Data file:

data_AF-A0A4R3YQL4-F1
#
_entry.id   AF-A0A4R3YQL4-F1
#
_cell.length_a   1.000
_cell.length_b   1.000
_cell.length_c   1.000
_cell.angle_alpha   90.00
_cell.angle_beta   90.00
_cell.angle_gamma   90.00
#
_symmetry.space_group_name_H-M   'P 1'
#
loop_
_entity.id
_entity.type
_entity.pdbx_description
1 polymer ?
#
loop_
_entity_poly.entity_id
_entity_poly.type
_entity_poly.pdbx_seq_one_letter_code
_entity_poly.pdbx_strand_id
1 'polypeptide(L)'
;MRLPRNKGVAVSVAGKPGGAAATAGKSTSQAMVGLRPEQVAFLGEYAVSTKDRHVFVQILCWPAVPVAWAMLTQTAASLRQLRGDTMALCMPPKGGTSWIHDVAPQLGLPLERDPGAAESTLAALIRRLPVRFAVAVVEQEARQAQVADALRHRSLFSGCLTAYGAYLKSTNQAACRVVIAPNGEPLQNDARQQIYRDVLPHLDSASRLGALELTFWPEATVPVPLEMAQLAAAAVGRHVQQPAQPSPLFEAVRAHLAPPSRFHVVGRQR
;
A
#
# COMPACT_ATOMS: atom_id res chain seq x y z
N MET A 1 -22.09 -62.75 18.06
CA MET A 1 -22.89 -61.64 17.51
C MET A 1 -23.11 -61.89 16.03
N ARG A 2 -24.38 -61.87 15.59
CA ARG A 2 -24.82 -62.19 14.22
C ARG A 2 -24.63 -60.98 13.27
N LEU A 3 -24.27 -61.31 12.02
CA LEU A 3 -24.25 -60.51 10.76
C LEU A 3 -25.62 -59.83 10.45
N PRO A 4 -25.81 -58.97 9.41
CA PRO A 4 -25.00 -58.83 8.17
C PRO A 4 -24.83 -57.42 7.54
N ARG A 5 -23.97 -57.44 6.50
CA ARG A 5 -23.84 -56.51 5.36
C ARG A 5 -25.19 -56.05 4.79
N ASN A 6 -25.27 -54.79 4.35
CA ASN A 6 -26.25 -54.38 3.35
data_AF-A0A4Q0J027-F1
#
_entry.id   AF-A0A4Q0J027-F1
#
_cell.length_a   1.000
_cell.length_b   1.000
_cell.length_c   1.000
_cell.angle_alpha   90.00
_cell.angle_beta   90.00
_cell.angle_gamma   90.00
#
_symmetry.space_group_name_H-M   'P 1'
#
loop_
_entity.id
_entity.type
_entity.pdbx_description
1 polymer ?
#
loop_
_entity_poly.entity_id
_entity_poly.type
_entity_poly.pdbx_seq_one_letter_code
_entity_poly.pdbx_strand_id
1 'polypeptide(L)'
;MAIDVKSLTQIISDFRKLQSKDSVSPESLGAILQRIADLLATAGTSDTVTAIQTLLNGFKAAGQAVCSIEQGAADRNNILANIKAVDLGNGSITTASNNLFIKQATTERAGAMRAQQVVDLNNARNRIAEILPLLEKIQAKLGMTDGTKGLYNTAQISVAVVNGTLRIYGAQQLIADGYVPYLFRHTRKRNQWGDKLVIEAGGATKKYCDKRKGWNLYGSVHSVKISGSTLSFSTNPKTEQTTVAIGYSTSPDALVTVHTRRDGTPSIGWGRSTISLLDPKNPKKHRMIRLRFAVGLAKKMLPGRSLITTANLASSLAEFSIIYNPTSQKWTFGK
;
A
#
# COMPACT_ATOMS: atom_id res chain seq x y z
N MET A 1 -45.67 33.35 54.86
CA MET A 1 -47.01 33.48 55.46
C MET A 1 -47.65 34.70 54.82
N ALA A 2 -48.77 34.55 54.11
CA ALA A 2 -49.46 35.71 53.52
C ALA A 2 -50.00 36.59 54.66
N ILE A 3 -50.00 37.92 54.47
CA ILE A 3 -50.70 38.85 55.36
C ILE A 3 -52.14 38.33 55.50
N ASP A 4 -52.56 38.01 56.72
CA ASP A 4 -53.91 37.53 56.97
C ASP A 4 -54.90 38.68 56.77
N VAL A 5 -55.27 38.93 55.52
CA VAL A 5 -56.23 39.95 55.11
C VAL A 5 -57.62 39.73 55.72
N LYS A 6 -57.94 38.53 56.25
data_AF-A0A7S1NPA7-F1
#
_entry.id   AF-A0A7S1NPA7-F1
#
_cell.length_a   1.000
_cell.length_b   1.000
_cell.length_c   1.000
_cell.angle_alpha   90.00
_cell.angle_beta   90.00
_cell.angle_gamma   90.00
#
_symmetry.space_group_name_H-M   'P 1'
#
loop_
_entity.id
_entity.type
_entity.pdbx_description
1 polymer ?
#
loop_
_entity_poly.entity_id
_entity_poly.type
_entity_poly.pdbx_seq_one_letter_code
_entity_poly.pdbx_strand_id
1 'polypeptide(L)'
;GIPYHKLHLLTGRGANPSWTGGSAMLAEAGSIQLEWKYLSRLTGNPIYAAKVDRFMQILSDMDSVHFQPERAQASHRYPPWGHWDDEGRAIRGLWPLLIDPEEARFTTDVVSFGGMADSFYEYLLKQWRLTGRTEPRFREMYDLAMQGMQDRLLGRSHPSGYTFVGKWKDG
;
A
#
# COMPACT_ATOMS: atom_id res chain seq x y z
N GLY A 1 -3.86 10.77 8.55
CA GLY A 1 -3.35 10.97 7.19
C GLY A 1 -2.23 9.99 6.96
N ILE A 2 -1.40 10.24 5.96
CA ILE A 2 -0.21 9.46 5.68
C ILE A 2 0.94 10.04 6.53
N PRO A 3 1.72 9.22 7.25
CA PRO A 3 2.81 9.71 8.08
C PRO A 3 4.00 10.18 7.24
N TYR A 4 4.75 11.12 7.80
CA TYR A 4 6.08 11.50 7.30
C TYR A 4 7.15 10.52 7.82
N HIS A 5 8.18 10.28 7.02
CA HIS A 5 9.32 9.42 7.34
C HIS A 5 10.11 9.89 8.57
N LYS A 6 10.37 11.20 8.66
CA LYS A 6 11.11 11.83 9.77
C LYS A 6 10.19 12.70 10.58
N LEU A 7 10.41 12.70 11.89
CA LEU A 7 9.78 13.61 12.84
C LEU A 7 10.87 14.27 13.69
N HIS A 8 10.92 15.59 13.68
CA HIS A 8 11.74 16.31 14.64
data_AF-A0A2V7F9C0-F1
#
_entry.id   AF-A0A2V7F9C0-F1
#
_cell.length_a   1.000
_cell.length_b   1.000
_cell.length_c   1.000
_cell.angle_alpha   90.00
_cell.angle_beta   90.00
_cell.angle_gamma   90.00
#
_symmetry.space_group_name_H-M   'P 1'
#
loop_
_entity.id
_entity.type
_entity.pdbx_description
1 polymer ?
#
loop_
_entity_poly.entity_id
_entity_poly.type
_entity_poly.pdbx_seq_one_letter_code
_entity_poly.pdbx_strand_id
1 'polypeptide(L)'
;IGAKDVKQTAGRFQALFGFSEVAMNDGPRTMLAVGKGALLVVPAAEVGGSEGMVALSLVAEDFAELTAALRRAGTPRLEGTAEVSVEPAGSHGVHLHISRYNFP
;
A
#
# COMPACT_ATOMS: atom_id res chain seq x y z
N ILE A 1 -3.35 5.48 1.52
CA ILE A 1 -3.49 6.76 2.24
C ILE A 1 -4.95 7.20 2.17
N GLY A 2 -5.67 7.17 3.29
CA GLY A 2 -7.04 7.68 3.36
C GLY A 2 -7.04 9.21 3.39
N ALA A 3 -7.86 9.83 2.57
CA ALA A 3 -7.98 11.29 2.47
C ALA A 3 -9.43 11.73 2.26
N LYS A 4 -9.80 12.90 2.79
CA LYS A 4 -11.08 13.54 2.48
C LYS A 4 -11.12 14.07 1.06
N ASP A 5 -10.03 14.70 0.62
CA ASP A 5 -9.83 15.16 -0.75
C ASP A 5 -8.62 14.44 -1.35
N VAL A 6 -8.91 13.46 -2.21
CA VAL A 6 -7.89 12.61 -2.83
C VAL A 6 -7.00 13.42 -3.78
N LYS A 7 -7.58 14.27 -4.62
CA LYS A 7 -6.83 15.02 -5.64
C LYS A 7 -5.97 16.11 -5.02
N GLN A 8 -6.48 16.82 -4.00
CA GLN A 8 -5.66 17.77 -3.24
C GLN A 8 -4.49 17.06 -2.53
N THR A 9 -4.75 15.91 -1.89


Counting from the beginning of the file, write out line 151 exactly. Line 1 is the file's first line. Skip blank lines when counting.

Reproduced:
_cell.length_a   1.000